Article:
With housing woes hanging over the Chinese market - and the yuan on the weak side against a strengthening greenback - Chinese bonds are unlikely to find traction with foreign investors in the second half of 2022.
China’s debt market went through sell-off in the first half of 2022 amid risk-off sentiment for emerging markets investment caused by rate hikes, China's Omicron outbreaks, and geopolitical tensions.
Foreign investors’ holdings of Chinese debt shrunk to 2.6% of the total market versus 3.1% in January, standing at 3.64 trillion yuan ($538.87 billion) at the end of June.
In the government bond space, the outflow was intensified when the US-China yield gap turned negative in April for the first time since 2010 as the US entered a sharp rate hike cycle.
Currently, the 10-year Chinese government bond (CGB) is yielding at 2.75%, while the US 10-year Treasury yield is at a 2.67% level.
YUAN IS KEY FOR CGB
“A 2.5% to 3% yield is still attractive. But the negative factor is the depreciation of yuan,” said Tai Hui, chief market strategist, Asia Pacific at JP Morgan Asset Management.
In the first half of 2022, offshore Renminbi (CNH) depreciated 5% against US dollar.
But if investors become more confident in China’s economic recovery and less concerned about the geopolitical tensions going into 2023, and US Treasury yields start to fall and China’s to rise, Chinese government bonds may become more attractive to them, Hui said.
JP Morgan Asset Management anticipates the nominal US 10-year Treasury yield will end the year between 3%-3.25%, suggesting a modest move higher in long rates as the Federal Reserve reduces its balance sheet and inflation concerns linger.
Agreeing with Hui, Keiko Kondo, head of multi-asset investments, Asia at Schroders, noted that for offshore investors, the movement of local currency has a “much bigger impact” on their returns than the bond return itself.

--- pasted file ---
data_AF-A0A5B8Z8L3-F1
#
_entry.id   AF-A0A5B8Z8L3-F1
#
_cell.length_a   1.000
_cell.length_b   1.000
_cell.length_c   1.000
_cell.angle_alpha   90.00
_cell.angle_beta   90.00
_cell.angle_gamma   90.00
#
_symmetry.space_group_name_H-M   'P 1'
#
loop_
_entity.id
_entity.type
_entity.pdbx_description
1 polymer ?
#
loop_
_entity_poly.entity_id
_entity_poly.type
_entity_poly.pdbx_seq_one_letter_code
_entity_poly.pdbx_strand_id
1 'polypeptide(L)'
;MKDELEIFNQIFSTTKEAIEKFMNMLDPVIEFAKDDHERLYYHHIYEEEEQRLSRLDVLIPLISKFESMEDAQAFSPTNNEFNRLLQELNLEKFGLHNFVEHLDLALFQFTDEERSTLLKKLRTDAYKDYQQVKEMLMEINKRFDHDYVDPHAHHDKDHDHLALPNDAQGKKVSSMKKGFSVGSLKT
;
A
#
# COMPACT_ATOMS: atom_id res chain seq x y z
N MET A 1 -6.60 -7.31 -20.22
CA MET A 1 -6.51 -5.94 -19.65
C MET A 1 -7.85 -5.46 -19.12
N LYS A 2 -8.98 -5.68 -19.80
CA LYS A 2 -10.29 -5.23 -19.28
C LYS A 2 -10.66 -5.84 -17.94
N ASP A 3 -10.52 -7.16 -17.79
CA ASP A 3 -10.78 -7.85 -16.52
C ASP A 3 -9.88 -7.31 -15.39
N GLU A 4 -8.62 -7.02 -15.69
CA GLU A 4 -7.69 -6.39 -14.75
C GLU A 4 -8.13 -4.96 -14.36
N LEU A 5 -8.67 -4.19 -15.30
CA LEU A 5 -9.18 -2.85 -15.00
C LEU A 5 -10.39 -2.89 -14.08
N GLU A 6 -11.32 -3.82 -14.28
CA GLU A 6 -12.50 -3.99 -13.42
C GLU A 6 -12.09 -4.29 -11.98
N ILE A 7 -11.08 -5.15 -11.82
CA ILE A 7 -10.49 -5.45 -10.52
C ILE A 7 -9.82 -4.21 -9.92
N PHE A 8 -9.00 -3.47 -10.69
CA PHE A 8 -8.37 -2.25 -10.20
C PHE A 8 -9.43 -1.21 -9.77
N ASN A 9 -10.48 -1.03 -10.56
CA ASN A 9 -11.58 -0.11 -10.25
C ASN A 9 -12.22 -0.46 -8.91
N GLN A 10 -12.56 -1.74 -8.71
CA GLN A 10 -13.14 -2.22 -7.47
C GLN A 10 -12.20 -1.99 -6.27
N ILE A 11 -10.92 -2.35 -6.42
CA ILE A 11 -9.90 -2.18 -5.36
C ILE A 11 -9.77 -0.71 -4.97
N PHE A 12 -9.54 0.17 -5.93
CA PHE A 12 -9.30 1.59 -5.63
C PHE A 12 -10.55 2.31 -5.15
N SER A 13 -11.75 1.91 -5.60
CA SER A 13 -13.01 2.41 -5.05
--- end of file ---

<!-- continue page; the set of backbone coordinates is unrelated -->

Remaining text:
“I think the challenge right now for international investors to consider buying Chinese government bonds on a hedge basis will be, eventually, everyone knows that the offshore market now offering pretty attractive yield, actually gives you better carry,” said Kondo.
"Then the CNH has been weak, and potentially I would argue that not just the CNH, but generally the Asian currencies are probably biased towards the weaker side in combination,” she continued.
“From the currency viewpoint, it's not a very strong story to be buying CGB … other than saying, OK, maybe diversification is based differently, but I think there’s a limit in terms of how much you can allocate,” she added.
NON-HOUSING CORPORATES STRONGER
JP Morgan’s Hui believes China’s corporate bonds could be more attractive than CGBs, however the entire property sector should not be considered due to liquidity risks, credit risks, and several other risk factors, including the housing mortgage woes that are still brewing.
“But if you look at market valuations or corporate credit spreads for non-property market-related companies, I think they are pretty resilient. Or rather, they're reflecting a low default risk,” Hui said.
"If investors are looking to invest in China's fixed income, the opportunities are still very much there …for non-property developers or quasi-government bonds, it's a pretty attractive way to generate income for investors,” he said.
That said, the overall sentiment for foreign investors to revisit corporate bonds in China is still not robust.
“This is more driven by negative news in the property sector than the macro environment,” said one Hong Kong-based head of institutional business for a North American fund house.
“There is just too much bad news in China’s property sector," the source said. "Although that bad news is only within one sector, China’s property sector is just too big and too influential to the overall financial market. So, investor sentiment towards the whole corporate bond space is not good.”
“For some China fixed income funds in the market, government bonds and corporate bonds are managed together. So, investors are just not investing in either of them,” the source added.
There are some family offices and private banks in Hong Kong that have started to revisit China fixed income funds, but haven’t made any investment yet, they said.